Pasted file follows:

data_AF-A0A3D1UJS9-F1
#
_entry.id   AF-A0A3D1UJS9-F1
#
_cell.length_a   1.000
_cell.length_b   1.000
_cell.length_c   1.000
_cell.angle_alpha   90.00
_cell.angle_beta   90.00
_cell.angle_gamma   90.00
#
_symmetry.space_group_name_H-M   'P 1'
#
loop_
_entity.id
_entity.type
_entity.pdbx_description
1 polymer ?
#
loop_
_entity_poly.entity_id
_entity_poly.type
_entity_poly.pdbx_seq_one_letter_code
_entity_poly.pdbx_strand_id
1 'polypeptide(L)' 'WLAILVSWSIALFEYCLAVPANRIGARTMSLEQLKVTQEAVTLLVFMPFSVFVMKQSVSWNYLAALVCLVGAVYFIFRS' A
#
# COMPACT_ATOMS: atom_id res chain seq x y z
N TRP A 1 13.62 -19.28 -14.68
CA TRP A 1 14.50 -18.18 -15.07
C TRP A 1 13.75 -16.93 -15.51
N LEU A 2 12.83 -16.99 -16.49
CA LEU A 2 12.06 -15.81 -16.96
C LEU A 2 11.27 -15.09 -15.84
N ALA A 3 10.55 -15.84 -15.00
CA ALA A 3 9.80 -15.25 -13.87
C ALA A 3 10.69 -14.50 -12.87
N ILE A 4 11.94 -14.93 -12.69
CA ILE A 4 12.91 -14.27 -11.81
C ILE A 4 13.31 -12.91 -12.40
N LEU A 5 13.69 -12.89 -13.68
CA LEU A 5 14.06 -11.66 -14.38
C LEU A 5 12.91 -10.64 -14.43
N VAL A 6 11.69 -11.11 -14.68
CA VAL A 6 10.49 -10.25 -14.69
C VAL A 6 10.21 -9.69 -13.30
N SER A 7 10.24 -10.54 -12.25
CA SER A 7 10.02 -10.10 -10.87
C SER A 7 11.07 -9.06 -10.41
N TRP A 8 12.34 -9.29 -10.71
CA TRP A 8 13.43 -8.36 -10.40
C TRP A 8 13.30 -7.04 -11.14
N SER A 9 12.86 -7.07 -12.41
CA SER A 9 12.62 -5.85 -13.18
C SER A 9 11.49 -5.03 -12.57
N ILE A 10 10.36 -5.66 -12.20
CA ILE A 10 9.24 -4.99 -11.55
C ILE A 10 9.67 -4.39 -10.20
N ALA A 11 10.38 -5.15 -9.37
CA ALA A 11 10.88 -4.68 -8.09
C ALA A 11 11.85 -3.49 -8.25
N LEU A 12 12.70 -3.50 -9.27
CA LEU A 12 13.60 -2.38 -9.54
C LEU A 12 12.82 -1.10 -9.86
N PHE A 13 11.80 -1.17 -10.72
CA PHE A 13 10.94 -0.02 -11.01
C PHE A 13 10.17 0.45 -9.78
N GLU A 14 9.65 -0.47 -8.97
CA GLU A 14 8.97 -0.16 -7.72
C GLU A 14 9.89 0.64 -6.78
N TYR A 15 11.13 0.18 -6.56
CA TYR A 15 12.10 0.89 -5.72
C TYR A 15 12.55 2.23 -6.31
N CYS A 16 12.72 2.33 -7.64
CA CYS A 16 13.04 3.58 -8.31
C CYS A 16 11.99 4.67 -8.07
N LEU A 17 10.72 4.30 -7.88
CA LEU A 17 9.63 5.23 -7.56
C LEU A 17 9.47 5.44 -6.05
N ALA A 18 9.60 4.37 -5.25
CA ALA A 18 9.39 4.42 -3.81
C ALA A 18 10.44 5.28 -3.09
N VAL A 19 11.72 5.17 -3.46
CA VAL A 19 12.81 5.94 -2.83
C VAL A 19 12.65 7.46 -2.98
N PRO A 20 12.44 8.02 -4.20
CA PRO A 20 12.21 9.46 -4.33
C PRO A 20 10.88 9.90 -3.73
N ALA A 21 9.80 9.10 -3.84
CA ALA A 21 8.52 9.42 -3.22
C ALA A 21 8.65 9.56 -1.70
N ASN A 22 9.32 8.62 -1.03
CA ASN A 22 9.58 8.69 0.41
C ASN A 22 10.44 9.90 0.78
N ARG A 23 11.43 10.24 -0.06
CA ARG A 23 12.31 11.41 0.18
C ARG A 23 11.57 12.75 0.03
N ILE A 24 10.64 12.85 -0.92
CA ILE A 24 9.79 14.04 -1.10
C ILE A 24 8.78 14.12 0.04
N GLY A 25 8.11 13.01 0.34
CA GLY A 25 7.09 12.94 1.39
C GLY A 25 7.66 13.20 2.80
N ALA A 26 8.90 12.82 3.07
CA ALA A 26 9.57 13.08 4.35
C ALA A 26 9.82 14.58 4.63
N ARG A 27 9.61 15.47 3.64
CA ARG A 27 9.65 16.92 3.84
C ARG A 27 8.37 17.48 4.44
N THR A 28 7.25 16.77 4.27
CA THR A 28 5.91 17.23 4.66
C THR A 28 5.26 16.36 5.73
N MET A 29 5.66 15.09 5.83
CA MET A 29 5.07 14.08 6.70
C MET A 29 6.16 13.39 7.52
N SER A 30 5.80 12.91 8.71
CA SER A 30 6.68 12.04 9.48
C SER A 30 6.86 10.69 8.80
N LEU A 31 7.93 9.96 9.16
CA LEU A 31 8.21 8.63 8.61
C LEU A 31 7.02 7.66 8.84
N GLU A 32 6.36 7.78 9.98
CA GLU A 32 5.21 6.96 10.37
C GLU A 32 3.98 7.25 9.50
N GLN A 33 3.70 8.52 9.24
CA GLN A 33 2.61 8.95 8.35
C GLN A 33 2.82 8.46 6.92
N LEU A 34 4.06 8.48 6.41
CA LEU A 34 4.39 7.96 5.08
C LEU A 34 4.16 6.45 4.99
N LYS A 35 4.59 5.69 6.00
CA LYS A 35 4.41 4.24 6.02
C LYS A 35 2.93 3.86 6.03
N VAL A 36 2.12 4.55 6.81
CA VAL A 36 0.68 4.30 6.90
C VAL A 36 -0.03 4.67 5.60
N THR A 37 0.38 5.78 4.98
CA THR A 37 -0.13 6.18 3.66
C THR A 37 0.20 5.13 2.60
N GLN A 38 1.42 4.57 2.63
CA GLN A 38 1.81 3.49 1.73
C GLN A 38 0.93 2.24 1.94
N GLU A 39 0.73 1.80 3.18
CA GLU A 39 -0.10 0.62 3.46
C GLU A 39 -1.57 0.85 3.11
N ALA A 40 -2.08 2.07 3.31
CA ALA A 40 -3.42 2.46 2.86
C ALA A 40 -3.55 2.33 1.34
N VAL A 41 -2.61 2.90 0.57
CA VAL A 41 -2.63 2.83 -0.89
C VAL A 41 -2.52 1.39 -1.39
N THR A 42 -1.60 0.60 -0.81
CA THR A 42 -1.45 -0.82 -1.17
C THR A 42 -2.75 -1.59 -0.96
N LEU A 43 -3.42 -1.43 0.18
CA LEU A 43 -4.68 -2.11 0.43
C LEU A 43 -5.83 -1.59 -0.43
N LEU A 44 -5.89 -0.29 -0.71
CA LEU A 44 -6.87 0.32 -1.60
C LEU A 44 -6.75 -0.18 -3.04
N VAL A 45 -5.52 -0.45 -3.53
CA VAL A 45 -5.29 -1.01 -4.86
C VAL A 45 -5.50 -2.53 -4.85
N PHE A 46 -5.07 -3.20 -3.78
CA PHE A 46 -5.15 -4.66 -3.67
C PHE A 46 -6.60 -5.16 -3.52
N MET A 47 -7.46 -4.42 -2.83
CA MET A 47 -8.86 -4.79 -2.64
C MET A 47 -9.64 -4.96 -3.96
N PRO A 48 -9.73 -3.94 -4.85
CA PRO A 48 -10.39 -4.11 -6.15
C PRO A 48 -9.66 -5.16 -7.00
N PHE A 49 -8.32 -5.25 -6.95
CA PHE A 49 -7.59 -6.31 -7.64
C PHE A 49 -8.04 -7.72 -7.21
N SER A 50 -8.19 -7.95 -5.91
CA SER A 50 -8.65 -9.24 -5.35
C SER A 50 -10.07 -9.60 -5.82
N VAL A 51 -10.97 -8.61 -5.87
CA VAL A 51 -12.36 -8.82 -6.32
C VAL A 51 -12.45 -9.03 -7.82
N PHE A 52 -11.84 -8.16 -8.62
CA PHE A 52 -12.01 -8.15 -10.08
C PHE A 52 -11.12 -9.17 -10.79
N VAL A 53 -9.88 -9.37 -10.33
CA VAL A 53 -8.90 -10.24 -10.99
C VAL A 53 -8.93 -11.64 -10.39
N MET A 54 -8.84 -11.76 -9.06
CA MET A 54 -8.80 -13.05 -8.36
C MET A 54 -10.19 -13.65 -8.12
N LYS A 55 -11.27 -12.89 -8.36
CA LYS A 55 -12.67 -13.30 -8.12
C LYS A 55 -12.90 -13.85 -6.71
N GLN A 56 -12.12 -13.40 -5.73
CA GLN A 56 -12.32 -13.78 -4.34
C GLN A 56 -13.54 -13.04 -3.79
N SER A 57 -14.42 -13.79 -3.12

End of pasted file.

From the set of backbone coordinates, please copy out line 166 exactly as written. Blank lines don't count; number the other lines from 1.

N MET A 47 -7.46 -4.42 -2.83